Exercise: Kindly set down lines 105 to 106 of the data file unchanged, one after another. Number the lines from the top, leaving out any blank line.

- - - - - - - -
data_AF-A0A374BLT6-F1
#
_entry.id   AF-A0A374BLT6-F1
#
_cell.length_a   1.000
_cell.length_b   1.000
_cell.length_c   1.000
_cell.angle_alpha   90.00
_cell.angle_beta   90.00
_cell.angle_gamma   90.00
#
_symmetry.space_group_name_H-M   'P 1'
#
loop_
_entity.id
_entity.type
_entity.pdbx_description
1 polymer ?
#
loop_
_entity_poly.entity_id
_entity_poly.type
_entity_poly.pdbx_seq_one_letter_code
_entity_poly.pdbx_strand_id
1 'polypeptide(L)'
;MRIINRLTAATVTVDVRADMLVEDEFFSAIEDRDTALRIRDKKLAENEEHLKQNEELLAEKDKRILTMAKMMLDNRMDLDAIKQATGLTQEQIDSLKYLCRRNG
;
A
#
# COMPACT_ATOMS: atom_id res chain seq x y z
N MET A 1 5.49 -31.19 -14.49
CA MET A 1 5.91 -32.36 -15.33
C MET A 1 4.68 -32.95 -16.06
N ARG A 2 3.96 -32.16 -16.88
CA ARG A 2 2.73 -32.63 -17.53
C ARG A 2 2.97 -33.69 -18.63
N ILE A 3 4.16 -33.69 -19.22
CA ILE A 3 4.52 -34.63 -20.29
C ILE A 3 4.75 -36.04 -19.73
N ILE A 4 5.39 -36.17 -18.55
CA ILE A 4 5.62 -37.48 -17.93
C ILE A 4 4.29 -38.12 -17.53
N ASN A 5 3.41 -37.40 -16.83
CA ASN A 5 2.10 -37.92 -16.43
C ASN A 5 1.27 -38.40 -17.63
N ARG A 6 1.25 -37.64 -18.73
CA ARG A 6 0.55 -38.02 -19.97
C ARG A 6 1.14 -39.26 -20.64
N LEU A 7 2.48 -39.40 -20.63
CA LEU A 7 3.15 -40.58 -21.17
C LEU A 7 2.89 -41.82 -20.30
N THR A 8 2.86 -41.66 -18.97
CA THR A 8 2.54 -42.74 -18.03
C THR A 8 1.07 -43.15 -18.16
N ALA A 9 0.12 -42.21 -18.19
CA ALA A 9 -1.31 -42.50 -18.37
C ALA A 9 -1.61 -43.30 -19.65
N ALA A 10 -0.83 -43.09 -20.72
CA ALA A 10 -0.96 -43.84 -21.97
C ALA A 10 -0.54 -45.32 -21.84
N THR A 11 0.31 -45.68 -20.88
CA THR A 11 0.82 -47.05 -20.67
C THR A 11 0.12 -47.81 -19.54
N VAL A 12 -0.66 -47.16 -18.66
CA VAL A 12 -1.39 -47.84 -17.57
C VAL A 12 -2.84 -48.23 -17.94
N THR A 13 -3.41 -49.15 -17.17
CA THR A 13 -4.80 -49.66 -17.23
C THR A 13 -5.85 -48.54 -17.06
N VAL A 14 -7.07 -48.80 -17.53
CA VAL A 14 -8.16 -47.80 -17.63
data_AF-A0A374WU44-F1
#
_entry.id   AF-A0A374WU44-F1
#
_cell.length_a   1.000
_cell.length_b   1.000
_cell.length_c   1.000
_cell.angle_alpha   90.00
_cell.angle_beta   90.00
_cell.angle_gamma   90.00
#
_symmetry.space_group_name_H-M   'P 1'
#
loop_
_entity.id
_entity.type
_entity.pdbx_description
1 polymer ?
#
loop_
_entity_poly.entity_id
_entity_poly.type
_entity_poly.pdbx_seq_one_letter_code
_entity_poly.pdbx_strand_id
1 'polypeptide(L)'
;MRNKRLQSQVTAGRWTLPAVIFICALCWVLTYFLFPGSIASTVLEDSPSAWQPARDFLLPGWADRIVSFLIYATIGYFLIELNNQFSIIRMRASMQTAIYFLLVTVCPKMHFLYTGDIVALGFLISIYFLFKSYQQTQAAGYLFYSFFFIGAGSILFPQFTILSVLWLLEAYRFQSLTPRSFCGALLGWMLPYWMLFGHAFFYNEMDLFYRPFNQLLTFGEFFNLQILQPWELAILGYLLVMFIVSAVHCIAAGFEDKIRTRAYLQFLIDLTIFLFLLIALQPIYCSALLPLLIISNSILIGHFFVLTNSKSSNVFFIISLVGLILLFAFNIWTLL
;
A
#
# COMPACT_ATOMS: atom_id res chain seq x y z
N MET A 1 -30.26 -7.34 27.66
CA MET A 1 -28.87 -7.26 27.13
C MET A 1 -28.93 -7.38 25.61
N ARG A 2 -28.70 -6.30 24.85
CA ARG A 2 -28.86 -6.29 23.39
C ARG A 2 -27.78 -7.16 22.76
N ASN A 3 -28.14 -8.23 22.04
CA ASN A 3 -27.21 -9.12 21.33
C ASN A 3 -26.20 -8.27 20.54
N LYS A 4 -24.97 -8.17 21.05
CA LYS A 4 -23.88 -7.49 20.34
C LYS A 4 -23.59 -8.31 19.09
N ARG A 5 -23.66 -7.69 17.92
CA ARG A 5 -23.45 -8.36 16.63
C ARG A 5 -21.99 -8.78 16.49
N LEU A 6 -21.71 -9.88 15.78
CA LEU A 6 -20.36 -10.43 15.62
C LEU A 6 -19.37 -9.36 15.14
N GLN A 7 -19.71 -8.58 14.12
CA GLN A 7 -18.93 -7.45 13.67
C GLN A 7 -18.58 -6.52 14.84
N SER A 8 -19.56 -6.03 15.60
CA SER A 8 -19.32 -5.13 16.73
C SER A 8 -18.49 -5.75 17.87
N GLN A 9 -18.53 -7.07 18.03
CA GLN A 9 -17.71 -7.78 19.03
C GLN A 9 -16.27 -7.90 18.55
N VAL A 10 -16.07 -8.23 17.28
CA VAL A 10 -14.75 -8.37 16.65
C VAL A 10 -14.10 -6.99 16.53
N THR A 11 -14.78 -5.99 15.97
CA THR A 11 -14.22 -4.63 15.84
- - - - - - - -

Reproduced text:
N ARG A 2 -28.70 -6.30 24.85
CA ARG A 2 -28.86 -6.29 23.39